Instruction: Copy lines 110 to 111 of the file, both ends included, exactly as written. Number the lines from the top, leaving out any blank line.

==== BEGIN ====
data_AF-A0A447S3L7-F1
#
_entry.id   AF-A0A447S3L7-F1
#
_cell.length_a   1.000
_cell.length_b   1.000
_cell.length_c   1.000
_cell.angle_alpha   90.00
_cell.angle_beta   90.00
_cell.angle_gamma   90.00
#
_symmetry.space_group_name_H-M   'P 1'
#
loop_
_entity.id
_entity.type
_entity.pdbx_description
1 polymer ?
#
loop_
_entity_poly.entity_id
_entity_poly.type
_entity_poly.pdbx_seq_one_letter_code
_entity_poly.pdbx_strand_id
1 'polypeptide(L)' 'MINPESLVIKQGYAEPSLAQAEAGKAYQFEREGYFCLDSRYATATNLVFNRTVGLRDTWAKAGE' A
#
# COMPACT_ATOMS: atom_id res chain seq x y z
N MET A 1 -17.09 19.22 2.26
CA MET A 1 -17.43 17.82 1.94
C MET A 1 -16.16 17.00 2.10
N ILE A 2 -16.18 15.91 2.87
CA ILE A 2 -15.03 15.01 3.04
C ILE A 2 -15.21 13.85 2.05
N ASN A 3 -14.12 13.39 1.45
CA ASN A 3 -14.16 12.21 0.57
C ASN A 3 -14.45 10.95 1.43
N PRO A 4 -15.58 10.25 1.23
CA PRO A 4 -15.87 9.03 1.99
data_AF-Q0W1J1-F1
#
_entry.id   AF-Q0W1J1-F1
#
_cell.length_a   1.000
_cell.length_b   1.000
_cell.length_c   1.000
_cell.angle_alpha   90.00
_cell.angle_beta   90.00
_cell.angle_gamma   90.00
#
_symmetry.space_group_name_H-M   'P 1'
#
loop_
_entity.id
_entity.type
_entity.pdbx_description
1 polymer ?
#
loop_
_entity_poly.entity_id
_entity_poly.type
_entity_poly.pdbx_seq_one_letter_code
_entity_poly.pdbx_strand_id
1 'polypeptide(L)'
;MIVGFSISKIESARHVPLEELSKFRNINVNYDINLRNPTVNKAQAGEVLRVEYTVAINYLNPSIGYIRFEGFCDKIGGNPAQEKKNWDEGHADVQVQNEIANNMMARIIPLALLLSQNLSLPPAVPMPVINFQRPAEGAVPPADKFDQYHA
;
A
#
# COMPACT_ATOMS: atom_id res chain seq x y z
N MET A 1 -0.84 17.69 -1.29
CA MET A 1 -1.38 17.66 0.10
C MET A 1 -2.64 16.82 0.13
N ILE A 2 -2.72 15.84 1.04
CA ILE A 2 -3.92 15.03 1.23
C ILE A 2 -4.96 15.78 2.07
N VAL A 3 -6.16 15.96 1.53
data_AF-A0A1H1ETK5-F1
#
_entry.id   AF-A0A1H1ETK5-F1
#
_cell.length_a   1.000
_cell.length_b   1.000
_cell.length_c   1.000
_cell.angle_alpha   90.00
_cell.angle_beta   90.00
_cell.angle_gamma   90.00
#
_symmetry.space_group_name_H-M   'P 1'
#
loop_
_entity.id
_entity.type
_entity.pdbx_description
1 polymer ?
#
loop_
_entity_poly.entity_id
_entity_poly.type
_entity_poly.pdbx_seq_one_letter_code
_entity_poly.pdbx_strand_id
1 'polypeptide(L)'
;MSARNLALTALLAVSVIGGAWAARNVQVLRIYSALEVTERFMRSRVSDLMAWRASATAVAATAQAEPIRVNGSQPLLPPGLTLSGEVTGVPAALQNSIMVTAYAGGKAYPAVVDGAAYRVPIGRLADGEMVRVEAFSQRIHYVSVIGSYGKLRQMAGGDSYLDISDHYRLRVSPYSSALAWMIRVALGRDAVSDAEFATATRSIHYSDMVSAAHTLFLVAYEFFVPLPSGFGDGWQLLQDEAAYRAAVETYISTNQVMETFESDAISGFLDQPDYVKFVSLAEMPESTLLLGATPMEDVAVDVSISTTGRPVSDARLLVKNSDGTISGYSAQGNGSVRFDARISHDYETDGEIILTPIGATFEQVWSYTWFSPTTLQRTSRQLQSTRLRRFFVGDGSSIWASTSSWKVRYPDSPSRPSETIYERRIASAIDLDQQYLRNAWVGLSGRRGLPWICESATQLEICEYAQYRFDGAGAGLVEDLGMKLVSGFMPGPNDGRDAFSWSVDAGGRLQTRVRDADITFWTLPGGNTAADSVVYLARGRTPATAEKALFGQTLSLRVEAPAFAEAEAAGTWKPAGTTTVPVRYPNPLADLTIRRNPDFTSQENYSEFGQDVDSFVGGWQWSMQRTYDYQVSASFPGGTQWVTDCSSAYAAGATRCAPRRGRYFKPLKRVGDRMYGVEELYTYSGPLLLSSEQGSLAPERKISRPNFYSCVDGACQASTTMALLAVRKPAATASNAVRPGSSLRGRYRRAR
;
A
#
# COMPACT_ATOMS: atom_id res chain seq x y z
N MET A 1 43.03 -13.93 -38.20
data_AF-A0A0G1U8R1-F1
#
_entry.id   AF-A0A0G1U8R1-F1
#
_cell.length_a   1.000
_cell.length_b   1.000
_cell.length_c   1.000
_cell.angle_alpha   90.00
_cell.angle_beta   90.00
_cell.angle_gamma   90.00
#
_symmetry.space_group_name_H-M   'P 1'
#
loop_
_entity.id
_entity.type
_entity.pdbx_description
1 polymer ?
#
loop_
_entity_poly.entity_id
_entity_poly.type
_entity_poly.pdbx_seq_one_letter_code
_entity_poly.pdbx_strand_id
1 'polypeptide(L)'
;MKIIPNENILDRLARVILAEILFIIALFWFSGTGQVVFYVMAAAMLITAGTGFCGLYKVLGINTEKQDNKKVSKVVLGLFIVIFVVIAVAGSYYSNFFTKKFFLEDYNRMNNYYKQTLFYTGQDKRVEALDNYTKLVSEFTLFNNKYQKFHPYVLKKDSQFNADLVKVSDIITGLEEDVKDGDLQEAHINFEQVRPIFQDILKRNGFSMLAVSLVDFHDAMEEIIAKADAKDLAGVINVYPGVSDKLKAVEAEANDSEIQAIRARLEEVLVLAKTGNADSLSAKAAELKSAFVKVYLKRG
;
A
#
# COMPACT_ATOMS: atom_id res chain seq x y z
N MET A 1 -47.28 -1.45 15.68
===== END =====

#
_cell.length_a   1.000